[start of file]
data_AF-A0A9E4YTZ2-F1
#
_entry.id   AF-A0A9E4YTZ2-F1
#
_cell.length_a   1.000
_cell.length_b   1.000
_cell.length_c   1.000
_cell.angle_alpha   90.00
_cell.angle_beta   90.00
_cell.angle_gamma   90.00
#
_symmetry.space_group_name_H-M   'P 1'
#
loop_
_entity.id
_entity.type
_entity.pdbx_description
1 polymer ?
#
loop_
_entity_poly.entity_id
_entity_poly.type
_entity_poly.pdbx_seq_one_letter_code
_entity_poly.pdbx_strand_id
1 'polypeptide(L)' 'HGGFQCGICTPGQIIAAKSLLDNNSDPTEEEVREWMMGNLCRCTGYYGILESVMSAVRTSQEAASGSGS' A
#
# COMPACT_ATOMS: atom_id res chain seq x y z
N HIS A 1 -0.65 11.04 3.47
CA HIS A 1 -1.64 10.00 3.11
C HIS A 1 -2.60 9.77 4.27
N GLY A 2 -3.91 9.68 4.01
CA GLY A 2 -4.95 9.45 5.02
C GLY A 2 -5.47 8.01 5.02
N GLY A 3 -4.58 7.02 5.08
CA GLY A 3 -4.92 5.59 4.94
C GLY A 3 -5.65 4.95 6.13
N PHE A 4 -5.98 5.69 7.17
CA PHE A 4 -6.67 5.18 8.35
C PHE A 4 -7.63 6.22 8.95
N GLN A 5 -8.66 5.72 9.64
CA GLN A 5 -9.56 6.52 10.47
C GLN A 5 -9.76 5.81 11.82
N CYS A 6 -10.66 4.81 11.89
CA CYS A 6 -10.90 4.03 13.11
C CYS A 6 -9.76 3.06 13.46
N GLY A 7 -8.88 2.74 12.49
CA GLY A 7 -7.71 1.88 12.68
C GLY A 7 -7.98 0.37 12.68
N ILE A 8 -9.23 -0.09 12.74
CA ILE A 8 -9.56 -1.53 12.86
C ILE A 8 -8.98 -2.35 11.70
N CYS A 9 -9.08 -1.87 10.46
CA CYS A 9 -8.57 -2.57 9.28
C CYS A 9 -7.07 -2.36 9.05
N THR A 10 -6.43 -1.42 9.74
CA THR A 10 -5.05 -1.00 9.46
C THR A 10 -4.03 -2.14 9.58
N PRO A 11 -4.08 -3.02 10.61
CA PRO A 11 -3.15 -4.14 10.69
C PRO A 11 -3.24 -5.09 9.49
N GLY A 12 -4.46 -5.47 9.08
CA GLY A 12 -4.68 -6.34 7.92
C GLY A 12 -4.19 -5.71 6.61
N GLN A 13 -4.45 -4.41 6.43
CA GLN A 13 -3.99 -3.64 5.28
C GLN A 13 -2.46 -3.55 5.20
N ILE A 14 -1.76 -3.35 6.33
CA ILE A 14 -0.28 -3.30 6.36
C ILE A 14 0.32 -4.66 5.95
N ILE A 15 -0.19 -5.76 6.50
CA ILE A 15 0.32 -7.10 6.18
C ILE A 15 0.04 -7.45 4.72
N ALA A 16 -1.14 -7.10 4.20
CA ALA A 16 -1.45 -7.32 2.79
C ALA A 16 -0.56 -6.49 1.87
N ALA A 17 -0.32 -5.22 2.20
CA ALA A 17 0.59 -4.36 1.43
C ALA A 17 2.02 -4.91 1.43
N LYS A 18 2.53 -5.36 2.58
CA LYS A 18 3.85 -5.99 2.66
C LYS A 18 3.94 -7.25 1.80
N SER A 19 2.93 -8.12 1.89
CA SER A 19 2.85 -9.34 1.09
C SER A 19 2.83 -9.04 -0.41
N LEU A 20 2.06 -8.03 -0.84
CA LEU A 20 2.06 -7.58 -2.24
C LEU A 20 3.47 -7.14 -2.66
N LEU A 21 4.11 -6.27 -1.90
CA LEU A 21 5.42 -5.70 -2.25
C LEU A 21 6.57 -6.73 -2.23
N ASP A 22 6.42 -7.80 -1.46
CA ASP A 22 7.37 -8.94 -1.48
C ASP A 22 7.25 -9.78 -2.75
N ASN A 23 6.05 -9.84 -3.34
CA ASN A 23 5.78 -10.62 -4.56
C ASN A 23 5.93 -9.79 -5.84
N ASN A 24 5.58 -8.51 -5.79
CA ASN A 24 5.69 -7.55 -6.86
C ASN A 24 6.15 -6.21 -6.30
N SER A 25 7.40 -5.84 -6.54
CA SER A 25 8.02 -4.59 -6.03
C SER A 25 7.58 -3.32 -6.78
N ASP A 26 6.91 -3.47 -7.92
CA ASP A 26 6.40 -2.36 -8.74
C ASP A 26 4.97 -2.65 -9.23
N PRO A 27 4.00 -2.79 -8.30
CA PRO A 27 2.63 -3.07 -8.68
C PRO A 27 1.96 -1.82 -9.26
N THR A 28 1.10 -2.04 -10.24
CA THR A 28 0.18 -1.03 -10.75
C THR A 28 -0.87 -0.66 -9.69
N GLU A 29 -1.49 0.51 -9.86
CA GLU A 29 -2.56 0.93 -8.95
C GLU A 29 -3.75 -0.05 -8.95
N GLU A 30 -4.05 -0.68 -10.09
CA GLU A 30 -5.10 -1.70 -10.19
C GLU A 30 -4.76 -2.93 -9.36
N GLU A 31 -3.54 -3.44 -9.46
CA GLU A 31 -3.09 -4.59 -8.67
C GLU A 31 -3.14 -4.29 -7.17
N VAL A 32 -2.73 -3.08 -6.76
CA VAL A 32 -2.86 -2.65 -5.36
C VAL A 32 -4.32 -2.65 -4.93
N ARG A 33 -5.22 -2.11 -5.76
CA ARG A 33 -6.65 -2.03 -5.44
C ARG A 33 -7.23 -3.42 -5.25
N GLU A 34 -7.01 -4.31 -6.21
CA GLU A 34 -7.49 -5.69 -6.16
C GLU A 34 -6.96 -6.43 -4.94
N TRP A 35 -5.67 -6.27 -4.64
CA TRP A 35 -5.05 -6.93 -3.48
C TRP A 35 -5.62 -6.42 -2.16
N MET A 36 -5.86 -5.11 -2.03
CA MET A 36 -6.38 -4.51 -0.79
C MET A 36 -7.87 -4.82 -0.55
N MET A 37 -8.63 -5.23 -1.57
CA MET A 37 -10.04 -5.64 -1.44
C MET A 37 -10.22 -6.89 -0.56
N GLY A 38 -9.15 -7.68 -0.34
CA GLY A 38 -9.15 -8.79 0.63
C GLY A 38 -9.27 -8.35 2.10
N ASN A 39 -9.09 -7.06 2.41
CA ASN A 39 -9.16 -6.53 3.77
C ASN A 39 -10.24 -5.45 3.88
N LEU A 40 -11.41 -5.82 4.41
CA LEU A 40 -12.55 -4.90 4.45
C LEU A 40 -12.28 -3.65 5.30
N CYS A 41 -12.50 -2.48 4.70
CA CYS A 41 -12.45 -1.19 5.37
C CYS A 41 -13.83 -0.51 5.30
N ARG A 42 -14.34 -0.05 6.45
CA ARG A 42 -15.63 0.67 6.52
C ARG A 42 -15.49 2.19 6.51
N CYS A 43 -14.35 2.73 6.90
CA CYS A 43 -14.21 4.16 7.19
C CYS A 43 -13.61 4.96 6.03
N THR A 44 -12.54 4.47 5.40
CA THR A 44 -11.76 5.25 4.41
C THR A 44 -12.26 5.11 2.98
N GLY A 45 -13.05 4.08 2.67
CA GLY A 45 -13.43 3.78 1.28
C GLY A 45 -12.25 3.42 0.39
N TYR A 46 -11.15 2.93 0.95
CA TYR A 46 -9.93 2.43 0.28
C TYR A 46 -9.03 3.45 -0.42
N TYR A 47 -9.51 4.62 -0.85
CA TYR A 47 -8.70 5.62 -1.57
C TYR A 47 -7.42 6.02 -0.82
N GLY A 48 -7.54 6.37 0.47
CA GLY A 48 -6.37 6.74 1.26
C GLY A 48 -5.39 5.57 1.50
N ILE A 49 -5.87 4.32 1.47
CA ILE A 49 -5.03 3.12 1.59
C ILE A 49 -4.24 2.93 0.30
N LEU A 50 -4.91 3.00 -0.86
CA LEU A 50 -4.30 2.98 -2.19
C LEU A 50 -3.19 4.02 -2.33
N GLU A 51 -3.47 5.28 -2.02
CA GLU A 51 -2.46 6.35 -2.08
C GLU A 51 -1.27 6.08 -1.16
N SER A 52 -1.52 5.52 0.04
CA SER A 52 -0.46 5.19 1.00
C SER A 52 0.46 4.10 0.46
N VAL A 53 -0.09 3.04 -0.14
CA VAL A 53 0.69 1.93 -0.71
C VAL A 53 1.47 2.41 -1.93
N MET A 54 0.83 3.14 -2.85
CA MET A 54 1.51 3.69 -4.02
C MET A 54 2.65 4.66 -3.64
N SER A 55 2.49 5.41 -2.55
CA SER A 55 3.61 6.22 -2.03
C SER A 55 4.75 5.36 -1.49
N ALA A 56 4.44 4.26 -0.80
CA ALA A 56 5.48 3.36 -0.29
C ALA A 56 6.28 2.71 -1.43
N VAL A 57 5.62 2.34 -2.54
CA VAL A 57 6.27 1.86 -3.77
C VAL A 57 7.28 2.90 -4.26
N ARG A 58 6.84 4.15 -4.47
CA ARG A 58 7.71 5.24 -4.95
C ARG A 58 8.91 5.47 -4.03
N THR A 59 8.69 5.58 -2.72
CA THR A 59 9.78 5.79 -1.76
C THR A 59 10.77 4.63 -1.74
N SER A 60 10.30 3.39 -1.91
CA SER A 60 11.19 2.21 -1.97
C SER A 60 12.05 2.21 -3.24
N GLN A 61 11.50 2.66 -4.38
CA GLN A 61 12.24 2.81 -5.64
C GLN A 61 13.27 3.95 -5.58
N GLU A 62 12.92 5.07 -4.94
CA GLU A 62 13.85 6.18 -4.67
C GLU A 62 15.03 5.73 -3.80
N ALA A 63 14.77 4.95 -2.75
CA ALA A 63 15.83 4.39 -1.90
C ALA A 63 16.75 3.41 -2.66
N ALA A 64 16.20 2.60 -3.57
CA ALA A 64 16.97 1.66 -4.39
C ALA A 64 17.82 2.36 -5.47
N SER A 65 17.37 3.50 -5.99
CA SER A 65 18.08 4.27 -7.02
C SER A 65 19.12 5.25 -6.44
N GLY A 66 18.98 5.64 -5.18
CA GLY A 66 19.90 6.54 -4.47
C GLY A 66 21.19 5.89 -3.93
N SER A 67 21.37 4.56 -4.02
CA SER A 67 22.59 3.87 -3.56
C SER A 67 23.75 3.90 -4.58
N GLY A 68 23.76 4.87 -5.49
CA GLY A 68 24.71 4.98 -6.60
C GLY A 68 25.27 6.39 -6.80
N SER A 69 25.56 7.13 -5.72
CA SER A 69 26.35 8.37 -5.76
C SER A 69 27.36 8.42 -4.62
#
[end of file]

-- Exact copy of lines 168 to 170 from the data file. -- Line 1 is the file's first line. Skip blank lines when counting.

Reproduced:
C TYR A 47 -7.42 6.02 -0.82
N GLY A 48 -7.54 6.37 0.47
CA GLY A 48 -6.37 6.74 1.26